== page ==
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Living 'til the End [Import]
It's about time.Jack Whilton is a buttoned-down estate planner who has been told by a psychic of his imminent death on his next birthday. Instantly Jack's life turns upside down and he retreats to the safety of extreme agoraphobia in order to avoid his own death. All he has to do is wait out the year in his apartment-turned-bunker but then meets the girl down the hall Audrey who has a similar problem - she is also dying. While their predicaments are similar they are not the same and it is that difference which allows Audrey to coax Jack out of his self-imposed bondage.System Requirements:Run Time: 87 minsFormat: DVD MOVIE Genre: ACTION/ADVENTURE/THRILLERS Rating: NR UPC: 829567041123 Manufacturer No: 670411
Most Helpful Customer Reviews on Amazon.com (beta)
Yes, there is one particularly mishandled camera shot. Yes, it's an independent film made on a relatively low budget. Yes, it's theme of love and hope persevering through the difficulties of illness and other obstacles has been portrayed in countless made-for-tv films that we've all seen a million times on the Hallmark Channel (and/or Lifetime, Oxygen, etc.). But THIS one is different - VERY different.
Jaime Ray Newman's looks are as beautiful as is her acting ability, and in this film she's simply a sheer joy to watch. Although Sean Maher is equally good looking and has great acting skill, he may slightly over-act in his portrayal of lead character Jack Whilton - he occasionally reminds me of Jim Carey when he does - for all practical purposes the ENTIRE cast is exceptionally good, often brilliant. With the exception of that one mishandled shot, the scenes are all very engaging and shot in a way that helps capture and sustain your attention from beginning to end. The music is perfectly suited to the content. And although the ending has an ironic twist, when it comes upon you you will find yourself thinking that you won't be able to say that the film maker didn't warn you (and I'll just leave it at that, so as to not provide you with a "spoiler";-)
Even the PACE of this little movie is VERY good - a RARITY these days, even in BIG-budget films... which is indicative of good directing and producing. Which leads me to writer/director/co-producer Amanda Goodwin:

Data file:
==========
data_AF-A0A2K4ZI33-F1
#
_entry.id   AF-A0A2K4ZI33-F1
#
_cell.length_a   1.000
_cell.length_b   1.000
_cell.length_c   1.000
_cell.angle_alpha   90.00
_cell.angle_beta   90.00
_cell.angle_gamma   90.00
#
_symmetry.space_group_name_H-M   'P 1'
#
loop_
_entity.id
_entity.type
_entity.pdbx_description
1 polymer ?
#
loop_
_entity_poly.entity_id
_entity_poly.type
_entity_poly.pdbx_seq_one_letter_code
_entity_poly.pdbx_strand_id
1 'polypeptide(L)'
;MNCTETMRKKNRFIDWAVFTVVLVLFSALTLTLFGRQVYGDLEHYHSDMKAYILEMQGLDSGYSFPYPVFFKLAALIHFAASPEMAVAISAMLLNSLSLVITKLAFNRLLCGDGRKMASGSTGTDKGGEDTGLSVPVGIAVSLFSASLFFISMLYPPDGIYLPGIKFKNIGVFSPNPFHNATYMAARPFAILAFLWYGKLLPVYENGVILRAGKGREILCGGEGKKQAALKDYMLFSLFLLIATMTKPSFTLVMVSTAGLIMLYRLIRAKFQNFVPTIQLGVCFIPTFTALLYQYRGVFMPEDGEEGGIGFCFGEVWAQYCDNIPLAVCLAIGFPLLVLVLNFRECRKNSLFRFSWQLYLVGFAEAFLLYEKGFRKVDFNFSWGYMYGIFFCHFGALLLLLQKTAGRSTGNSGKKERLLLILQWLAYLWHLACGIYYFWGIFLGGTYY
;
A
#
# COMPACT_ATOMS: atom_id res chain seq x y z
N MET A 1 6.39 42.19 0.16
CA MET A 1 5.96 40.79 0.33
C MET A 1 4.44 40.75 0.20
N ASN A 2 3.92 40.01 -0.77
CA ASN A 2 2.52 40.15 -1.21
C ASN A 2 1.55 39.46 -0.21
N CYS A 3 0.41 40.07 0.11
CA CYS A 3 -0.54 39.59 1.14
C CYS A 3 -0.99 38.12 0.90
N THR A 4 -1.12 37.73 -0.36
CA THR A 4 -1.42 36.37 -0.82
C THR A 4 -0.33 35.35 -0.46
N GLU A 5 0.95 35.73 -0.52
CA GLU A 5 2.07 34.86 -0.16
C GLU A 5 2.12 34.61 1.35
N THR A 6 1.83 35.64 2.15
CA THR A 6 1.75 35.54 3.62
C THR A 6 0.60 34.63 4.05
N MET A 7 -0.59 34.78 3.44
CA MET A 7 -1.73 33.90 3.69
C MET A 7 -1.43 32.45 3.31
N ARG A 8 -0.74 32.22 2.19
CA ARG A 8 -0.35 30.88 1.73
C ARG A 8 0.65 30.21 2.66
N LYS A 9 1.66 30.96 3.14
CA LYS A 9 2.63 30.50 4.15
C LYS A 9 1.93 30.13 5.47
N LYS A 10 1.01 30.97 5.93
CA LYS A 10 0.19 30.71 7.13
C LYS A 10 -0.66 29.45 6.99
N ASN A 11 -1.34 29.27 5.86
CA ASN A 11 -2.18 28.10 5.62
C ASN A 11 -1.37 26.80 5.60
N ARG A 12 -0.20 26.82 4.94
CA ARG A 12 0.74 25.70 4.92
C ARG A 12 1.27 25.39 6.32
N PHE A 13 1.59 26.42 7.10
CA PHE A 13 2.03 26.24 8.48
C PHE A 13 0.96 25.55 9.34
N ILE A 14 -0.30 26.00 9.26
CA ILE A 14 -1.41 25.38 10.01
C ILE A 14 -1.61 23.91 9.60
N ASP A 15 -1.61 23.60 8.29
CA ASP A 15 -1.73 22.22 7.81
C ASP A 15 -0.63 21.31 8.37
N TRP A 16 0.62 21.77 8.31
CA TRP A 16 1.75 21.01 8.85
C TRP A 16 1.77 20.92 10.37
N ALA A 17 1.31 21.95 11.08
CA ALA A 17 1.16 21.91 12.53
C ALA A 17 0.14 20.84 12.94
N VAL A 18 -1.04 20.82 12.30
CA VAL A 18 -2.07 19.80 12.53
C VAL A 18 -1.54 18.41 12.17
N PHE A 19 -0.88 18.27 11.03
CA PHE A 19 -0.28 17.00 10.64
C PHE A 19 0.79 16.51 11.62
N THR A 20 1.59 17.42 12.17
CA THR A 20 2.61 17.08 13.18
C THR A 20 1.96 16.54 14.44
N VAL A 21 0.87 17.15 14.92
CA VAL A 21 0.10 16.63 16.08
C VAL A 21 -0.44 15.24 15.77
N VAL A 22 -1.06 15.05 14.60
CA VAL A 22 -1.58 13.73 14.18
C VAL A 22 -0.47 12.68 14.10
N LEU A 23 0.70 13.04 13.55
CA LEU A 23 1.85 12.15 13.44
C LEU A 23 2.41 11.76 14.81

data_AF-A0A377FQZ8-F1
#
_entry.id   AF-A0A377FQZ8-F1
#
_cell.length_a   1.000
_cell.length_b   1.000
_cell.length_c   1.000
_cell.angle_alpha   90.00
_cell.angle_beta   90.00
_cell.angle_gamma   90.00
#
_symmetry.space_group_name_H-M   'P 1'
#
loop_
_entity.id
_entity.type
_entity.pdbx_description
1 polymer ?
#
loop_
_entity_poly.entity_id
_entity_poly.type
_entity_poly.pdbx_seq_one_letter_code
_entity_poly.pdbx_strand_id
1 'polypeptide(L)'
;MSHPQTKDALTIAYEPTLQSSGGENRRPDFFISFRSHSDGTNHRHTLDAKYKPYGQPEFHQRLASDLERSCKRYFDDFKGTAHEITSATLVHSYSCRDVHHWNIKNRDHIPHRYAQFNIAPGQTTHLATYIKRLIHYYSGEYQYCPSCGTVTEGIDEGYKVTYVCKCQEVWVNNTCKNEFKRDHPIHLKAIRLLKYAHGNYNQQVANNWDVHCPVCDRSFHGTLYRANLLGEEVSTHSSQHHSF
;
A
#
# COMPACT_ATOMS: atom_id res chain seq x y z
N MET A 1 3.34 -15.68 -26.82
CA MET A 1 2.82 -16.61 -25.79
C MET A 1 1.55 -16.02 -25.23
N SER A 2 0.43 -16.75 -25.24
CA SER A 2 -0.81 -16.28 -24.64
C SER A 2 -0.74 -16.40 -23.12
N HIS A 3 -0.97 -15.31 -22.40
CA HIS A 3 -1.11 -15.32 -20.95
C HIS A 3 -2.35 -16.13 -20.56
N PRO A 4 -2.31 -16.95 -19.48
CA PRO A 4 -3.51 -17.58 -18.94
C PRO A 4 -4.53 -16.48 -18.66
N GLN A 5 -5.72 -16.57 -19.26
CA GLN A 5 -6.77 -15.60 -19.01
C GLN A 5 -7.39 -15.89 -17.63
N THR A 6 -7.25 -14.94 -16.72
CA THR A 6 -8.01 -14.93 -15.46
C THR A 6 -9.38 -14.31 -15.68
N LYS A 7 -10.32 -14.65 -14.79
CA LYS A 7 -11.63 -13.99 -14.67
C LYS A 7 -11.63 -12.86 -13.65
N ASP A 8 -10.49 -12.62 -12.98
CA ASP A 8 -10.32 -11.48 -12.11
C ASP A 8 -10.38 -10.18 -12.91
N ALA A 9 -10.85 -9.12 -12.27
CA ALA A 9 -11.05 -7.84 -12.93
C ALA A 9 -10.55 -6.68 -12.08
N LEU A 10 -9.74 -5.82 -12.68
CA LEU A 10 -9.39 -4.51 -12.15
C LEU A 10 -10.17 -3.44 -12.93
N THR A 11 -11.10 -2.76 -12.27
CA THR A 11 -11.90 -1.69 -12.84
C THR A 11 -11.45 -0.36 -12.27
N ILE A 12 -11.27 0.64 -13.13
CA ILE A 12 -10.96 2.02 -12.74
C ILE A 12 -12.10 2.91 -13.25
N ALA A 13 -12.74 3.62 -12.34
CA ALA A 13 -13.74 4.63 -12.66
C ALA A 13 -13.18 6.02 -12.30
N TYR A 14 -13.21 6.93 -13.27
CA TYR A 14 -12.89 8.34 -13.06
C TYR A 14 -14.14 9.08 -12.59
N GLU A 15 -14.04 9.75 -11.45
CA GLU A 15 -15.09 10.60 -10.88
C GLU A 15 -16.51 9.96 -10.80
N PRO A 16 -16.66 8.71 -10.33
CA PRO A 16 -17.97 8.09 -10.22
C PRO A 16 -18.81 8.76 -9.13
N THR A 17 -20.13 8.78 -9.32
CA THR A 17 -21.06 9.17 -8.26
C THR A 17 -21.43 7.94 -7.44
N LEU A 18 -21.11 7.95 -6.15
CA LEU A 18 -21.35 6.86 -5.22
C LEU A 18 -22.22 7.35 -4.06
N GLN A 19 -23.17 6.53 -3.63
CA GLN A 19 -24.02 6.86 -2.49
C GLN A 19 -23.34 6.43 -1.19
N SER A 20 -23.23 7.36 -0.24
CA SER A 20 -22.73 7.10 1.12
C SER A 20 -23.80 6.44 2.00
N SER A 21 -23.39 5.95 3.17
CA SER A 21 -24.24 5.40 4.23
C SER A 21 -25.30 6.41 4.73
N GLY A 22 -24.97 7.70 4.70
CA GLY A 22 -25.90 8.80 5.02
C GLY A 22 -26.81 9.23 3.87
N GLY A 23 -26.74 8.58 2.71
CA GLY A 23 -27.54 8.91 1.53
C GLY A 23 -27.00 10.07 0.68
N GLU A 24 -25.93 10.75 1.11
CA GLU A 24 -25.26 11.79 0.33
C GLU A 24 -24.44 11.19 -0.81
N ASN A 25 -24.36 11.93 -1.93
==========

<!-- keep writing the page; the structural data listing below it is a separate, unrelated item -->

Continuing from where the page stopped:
I always LOVE to see people rise up from the ranks of unknown actors in low-budget B (or even C) movies into the roles of screenwriter, director or producer. It tells me they LOVE movies and the craft of making them. This love is ESSENTIAL to truly fine, emotion-producing films that have a meaningful PURPOSE to their existence. ANYONE can make a technically proficient feature film. But VERY FEW people can make one that allows you to truly suspend your disbelief, believe in and actually CARE FOR if not love the characters and really FEEL for them and the situations that they find themselves in. This movie makes you feel like you want it to last LONGER, because you genuinely want to see MORE of the characters and their relationships with each other. Amanda Goodwin is the person who has accomplished all of this. If you take the time to watch this film and review her past work you will see what I mean.
Living 'Til the End is a fine piece of dramatic film making that creatively and engagingly portrays the extent to which our neurotically-driven "modern mental illnesses" so often get in the way of our finding and hanging on to true love, sometimes to tragic endings. It will linger in your mind long after you have seen it, and it's the kind of movie that you'll want to see more than once in order to explore the characters more deeply - their portrayals are THAT good. If you're looking for a really unique, sweet yet thoughtful and insightful drama about life, death, love and ADULT angst, I HIGHLY recommend THIS one.
Amanda Goodwin wrote, directed, edited and produced this movie. The result is impressive. I will watch for her future films.
The film boasts an excellent supporting cast, including Stephen Tobolowsky and John Getz. Sean Maher is convincing as a sensitive guy trying to overcome his fears.
Jamie Ray Newman grabs the screen from the moment she enters the story. The actress has an extraordinary face, which Goodwin wisely exploits with intimate close-ups. Newman sells Audrey's mood swings without compromising the story's turns.
Unlike similar films, including "Broken Flowers," and "Lost in Translation," the power of Goodwin's film comes from the interaction between the two main characters. Rather than set pieces followed by reaction shots, we see real give-and-take that makes the evolving relationship seem real.
My only real quibble with the movie is the ending, which struck me as uncharacteristically mean-spirited for a movie with a good heart and no villains.